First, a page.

There will also be a meeting at east anyway are all too busy imi-
5 p.m. today for those who have tating The New Yorker, to turnI
already signed up. out any good original issues. I
(Continued from Page 3)
Research Club: 8 p.m., Rackham
Amphitheatre. P a p e r s: "The
crossbreeding of Spanish and In-
dian cultures in the colonial art
of Peru," by Prof. Harold E. Wet-
ERCAS ARETiNDFIES OWPRCEICR
TONS and TONS of TEXTBOOKS
whether they are used here again or not
CASH or TRADE
ULRICH'S - Ann Arbor's Busy Bookstore
hey; "Modern ideas concerning the
principal avenues of distribution of
plants in North America," Prof.
Graduate Political Science
Round Table: Wed., Jan. 17, 7:45
p.m., Rackham Assembly Hall.
Program: student panel-discus-
sion on "Crisis in Southeast Asia."
All interested persons invited. So-
cial hour following discussion.
Opening tonight: "Command De
cision" a gripping, tense war dra-
ma presented by the Department
of Speech at 8 p.m. at Lydia Men-
delssohn Theater. Special rates for
students available tonight and to-
-morrow night. Tickets for all four
performances on sale at the Men-
delssohn box office, daily 10 a.m.
U. of M. Soaring Club: Meet-
ing, 7 p.m., Room 1042, E. Engi-
neering Bldg. A definite decision
on the tow plane will be made;
summer soaring will be discussed.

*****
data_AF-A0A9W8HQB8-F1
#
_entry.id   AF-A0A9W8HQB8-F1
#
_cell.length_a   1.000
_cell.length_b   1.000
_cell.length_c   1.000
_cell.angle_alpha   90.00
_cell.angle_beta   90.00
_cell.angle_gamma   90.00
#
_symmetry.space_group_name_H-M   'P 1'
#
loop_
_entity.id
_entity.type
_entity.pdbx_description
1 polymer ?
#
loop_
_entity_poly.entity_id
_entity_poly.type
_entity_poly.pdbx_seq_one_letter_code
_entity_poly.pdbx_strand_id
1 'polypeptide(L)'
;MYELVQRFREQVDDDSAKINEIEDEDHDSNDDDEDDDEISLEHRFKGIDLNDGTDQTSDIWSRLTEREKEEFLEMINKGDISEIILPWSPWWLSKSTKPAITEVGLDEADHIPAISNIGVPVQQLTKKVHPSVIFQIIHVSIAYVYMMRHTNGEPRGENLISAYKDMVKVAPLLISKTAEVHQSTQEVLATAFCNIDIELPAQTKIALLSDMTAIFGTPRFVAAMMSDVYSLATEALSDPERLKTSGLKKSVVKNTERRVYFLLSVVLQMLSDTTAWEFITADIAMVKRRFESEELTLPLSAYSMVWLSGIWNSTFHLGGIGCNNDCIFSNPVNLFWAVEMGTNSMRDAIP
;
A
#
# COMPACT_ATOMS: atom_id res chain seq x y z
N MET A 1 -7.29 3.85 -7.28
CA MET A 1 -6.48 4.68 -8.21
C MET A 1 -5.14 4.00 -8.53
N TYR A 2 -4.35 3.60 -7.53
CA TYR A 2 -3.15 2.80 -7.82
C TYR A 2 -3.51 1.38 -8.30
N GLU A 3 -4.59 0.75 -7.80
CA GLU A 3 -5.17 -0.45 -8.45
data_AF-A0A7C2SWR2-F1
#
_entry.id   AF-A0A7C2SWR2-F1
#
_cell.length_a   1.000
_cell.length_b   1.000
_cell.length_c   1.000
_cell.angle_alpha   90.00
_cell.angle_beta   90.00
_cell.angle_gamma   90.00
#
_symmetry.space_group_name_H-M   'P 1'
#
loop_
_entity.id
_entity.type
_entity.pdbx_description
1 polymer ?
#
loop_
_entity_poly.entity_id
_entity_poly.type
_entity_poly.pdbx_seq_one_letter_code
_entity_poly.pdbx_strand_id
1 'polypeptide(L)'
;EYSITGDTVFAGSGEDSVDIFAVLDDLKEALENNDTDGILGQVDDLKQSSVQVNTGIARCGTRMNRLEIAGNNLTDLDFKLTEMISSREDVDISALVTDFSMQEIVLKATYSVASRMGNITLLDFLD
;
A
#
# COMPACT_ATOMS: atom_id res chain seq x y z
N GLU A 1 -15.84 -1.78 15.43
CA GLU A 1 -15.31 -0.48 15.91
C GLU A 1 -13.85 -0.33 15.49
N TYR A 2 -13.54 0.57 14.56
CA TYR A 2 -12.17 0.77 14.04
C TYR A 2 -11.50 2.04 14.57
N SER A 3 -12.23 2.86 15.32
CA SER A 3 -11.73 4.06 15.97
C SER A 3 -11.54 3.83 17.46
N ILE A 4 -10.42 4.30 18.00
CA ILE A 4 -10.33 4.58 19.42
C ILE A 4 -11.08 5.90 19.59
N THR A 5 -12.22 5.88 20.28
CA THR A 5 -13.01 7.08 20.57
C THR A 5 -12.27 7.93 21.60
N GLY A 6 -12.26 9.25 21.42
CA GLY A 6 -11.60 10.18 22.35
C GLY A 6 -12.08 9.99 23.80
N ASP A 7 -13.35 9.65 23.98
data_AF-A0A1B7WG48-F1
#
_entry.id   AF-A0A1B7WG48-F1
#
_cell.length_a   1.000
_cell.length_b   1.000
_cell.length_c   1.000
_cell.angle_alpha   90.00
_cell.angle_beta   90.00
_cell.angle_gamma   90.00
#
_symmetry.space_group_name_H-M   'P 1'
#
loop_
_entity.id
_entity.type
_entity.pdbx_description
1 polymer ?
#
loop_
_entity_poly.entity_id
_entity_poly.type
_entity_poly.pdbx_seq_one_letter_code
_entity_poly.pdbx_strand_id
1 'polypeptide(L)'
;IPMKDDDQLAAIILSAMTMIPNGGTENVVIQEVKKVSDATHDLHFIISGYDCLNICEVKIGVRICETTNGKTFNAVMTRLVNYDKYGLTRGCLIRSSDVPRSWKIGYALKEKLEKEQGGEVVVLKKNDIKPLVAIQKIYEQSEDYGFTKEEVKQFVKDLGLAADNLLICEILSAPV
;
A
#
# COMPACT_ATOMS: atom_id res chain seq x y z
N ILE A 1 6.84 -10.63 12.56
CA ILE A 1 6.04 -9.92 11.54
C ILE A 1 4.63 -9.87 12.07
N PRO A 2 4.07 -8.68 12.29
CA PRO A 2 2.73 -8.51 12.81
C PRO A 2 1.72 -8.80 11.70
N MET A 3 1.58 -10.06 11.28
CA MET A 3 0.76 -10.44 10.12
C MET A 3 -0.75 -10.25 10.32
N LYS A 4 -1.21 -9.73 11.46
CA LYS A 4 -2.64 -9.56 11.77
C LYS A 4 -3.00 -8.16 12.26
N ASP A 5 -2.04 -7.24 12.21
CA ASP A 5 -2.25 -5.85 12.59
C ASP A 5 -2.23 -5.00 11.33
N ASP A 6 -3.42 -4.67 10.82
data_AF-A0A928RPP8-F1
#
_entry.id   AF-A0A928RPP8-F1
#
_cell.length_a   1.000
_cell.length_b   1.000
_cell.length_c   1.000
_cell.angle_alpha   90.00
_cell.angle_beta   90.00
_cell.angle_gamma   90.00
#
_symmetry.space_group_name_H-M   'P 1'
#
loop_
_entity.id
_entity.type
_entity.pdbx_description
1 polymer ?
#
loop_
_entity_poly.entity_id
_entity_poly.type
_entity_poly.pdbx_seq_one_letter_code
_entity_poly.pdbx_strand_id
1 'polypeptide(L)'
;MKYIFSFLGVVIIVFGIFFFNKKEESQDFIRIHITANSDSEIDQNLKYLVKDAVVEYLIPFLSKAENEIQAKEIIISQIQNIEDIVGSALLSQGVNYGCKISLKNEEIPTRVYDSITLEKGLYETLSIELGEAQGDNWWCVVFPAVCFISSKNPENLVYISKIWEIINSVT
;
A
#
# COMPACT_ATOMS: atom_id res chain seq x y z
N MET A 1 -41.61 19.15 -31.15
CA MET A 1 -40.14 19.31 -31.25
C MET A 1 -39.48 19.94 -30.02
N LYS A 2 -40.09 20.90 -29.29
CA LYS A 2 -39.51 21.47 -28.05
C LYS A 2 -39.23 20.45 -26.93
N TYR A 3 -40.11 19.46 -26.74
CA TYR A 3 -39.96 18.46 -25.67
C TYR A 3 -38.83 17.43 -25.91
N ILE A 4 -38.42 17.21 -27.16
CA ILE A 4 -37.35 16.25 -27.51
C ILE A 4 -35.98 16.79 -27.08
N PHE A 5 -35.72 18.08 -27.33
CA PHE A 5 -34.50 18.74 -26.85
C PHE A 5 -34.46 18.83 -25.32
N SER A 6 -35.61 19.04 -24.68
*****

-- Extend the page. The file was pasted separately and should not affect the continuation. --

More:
All members are urged to attend
and all interested are welcome.
Ullr Ski Club: Meeting to dis.
cuss between-semester ski trip. No
movies. Room 3-D, Union, 7:30
W.A.B. Square and Folk Dance
Club: Meet in W.A.B., 7:30-9:45
Alpha Phi Omega:.Regular
meeting, Thurs., Jan. 18, 7 p.m.,
Room 3-A, Union. All members
who intend to work at registration
are to be present so the time sche-
dule can be set.
t st longer, lower, wider lk1g.car look!
Saturday, January 27
N ~\ N
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EVERY GARMENT WE MAKE IS INDIVIDUALLY
TAILORED TO MEASURE
Only ten more days in which to take advantage of these truly amazing
values. Everything is reduced. While the sale lasts simply deduct 20%
from the original price on each bolt.
For Instance .. ..
Anthropology Club: Meeting,
Thurs., Jan. 18, 7:30 p.m., West
Conference Room, Rackham Bldg.
Speaker: Prof. Mandelbaum.
$62.50 Suits . . . . NOW.... ... .... .
$79.50 Suits . . . . NOW. ...........
$9150 Suits . . . . NOW.. ...........
(Quotations are for 2-Piece Suits)
90i At4 4d
CHICAGO COLLEGE of
An Outstanding College in'
a Splendid Profession
All other suitings, sport coatings, trouserings, overcoatings,
etc., similarly reduced. Some tropical worsteds and other hot
weather fabrics included, so buy NOW for summer, too.